The Silver Star

For distinguished gallantry in action against an enemy of the United States or while serving with friendly forces against an opposing enemy force.

The Silver Star is the third highest military award designated solely for heroism in combat.   Established in 1918 as the Citation Star,  in 1932 it was re-designated as a medal with a retroactive provision that allowed servicemen as far back as the Spanish-American War (1898) to receive it for gallant actions.

Vinture "Vinny" Sciarretti was killed in action on LZ Candy on April 1st 1970. Because of this web site I was contacted by his nephew, named in his honor. Vinny was kind enough to share photos taken during his uncles time in Vietnam. Also included is a copy of a newspaper article about his sister attending a small reunion of members of D 1/8 1st Cav that took place in the 1988.


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The Article to the right was published back on June 2, 1988. A group of approximately 25 guys from D 1/8 1st Cav, held a reunion in Washington DC. in May of that same year. Invited to attend was Vinnys' sister Judy Kanai and her husband. The following is a transcript of the story:


Visit to reunion helps heal wound of war.

By Kevin L. Carter

The Pittsburgh Press

Listening to Judy Kanai of Munhall speak after a reunion of the Delta Company of the Army's 1st Battalion, 8th Cavalry, it's almost as if she were a Vietnam veteran herself.

"For 18 years I was always looking for something" she said. "I felt there was a piece missing from the puzzle."

Mrs. Kanai, 35, did not see combat in the Vietnam War. Her brother, Vinny Sciarretti, however, was killed in the conflict, and Mrs. Kanai said it was not until the reunion, held last month in Washington, D.C., that she was able to fully understand her brother's death.

After 18 years, someone talked about the war. And she spoke to those who were with her brother when he died. Mrs. Kanai said the reunion helped her to begin recovering from his loss.

Vinny Sciarretti was 21 when he died on April 1, 1970. The family lived in Greenfield where parents Sam and Mary Sciarretti still reside. He had graduated from Bishop Boyle High School in Homestead and had studied to be a draftsman when he was drafted into the Army in 1969.

He had no reservations about going into the service. "He felt that it was his duty." said Mrs. Kanai.

Two months before his death, said Mrs. Kanai, Vinny came back to Greenfield to serve in an honor guard for a friend who had been killed in combat. She said her brother never expressed fear of dying to his family. "He never told us that he was in any kind of action."

According to the citation on Vinny's posthumous Silver Star award, he was killed during a mission in the South Vietnamese jungle. The platoon's position was shelled by enemy artillery fine, and Vinny, a specialist four machine-gunner, was fatally wounded while he tried to aid other wounded men.

Even though Mrs. Kanai knew about the circumstances surrounding her brother's death and that he had been given an award for heroism, she still felt an emptiness, she said.

She tried to contact some of Vinny's Army buddies over the years, but her efforts were fruitless. "It was only in the past five years or so that anybody who was in Vietnam wanted to talk about it," Mrs. Kanai said.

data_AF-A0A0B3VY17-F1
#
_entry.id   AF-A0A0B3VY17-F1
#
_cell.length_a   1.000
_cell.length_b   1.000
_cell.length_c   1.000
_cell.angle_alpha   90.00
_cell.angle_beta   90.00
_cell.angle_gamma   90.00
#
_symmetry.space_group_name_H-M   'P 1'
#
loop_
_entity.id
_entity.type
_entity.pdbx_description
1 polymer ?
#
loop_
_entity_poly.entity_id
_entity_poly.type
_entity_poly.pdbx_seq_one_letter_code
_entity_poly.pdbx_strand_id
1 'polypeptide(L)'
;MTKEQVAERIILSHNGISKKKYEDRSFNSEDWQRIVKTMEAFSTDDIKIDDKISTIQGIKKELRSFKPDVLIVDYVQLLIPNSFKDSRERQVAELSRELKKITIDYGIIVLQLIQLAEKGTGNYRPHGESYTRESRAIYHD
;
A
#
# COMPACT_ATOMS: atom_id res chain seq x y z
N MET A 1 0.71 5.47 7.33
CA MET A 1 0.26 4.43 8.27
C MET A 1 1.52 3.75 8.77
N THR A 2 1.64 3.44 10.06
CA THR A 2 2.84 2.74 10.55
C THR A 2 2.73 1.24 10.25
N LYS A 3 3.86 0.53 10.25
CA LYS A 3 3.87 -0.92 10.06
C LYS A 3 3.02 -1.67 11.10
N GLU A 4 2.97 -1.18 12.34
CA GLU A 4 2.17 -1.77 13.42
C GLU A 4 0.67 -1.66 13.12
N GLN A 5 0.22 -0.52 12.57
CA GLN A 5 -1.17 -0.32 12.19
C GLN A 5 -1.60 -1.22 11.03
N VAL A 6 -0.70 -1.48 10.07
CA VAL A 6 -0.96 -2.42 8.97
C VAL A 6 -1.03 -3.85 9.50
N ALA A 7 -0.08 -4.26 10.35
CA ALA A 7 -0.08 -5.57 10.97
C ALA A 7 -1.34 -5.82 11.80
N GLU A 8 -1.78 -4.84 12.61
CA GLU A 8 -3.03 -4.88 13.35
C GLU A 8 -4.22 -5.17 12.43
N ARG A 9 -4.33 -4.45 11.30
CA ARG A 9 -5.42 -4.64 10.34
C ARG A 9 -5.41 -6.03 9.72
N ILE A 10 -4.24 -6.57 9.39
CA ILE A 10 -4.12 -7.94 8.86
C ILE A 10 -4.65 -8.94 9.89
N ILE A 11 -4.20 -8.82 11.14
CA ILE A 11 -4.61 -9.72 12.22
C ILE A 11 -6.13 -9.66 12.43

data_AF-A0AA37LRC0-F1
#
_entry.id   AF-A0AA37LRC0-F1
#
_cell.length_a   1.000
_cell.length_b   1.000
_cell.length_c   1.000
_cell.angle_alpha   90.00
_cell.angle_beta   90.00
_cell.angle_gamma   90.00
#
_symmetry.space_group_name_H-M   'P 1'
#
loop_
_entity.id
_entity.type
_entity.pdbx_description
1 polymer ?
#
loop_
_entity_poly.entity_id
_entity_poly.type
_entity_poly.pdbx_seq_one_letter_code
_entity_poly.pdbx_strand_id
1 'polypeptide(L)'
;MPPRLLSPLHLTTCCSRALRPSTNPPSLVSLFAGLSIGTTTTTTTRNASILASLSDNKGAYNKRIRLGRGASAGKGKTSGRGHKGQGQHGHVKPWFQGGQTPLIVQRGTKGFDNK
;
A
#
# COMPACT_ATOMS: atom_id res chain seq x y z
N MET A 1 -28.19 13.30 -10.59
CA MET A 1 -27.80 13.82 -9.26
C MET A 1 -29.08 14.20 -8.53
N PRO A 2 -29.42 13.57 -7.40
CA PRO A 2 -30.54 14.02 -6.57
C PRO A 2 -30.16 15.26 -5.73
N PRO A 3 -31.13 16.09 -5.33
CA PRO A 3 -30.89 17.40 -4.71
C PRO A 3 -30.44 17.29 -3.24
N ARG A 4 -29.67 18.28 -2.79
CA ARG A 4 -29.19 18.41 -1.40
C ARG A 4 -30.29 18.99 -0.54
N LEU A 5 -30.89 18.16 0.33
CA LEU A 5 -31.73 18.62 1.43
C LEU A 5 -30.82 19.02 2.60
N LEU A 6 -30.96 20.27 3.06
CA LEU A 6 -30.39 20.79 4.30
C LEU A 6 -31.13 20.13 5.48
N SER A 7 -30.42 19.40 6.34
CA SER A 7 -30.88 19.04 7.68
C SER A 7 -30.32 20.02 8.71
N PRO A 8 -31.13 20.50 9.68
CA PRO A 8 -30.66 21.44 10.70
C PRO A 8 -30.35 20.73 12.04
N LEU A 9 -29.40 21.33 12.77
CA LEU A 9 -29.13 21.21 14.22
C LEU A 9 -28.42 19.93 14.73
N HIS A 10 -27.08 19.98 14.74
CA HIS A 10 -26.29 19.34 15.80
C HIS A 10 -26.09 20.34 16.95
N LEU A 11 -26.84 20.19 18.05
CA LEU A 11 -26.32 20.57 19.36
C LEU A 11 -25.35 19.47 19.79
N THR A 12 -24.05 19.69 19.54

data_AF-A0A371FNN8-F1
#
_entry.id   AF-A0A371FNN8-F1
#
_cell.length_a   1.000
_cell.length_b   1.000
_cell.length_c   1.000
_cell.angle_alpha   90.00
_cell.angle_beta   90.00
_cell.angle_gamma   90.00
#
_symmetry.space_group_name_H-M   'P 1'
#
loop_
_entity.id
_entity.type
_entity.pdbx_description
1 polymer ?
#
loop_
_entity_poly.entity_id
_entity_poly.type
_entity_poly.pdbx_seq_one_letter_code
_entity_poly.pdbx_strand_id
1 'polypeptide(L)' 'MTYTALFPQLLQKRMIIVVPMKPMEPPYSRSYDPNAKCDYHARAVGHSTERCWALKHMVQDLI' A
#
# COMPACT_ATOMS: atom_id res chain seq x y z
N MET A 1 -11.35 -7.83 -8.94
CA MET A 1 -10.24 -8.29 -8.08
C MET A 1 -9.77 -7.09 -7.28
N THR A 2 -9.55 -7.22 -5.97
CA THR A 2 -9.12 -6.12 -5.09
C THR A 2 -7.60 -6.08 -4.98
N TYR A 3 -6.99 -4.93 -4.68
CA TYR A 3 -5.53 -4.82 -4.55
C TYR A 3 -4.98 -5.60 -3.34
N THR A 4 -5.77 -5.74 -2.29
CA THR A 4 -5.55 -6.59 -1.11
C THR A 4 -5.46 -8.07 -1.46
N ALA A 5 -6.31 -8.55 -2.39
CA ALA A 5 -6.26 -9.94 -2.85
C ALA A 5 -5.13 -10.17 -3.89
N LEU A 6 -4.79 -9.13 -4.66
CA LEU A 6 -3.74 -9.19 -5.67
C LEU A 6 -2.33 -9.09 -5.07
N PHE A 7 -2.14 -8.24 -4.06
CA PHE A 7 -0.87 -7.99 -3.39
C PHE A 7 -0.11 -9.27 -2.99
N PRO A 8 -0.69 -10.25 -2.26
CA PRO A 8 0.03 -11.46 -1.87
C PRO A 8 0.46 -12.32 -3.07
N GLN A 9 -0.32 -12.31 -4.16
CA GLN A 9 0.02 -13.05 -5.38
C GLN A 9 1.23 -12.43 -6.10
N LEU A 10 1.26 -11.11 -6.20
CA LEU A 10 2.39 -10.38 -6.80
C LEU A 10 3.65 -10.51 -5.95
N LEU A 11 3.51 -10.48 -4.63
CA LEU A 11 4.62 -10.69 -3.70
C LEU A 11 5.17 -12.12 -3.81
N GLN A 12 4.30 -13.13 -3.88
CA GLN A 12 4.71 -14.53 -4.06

Her healing process began about two months ago. Ed Nored, who was a member of Vinny's company in Vietnam, was preparing a history of the unit and telephoned her.

Nored asked her to write a story about here family's reactions to Vinny's death. He also asked her to come to a reunion of the unit. Mrs. Kanai immediately accepted.

"For the first time in my life," she said, "I would be with the guys who were with my brother in his last minutes." 

Most of the men had not seen each other since Vietnam. "It was very touching," said Mrs. Kanai. " You could see and hear the tears and lips quivering. These men were so close that they would have died for each other."

The group visited "The Wall" the Vietnam Veteran Memorial in the nation's capital. That was both the saddest and most uplifting experience for Mrs. Kanai, she said.

She saw here brother's name on the memorial for the first time and spoke to the man who tried to save Vinny's life after he was wounded.

Mrs. Kanai said medic Steven "Doc" Sipe walked up to her and hugged her. "'I have one thing to tell you. I just want you to know that I did the best I could to take care of your brother.'"

Norad said the history project and reunion came form his desire to deal with the pain he had felt after the war. He said he tried to forget about what had happened, but couldn't.

"Nam began to creep up on me. It was always there, but it had been getting real bad lately," said Norad, who lives in Hayward, Calif., near San Francisco. 

He began what he called his "second tour of Nam" in 1984. "It seemed like a good idea to get back together again."

Including Mrs. Kanai in his efforts was essential, Nored said, because "one of the most important aspects of most war stories is the homefront story. I just felt like she had to be included. 

He said the reunion would not have been complete without Mrs. Kanai. "It was quite beautiful. Vinny's death bonded her with everybody in the platoon. I think Judy went home with 25 new brothers.

Mrs. Kanai said she will always be grateful that she was contacted by Nored and was able to attend the reunion.

"I don't think there are words to describe what these guys did for me."

Click here to see Ed Noreds tribute to Vinny and additional photos.

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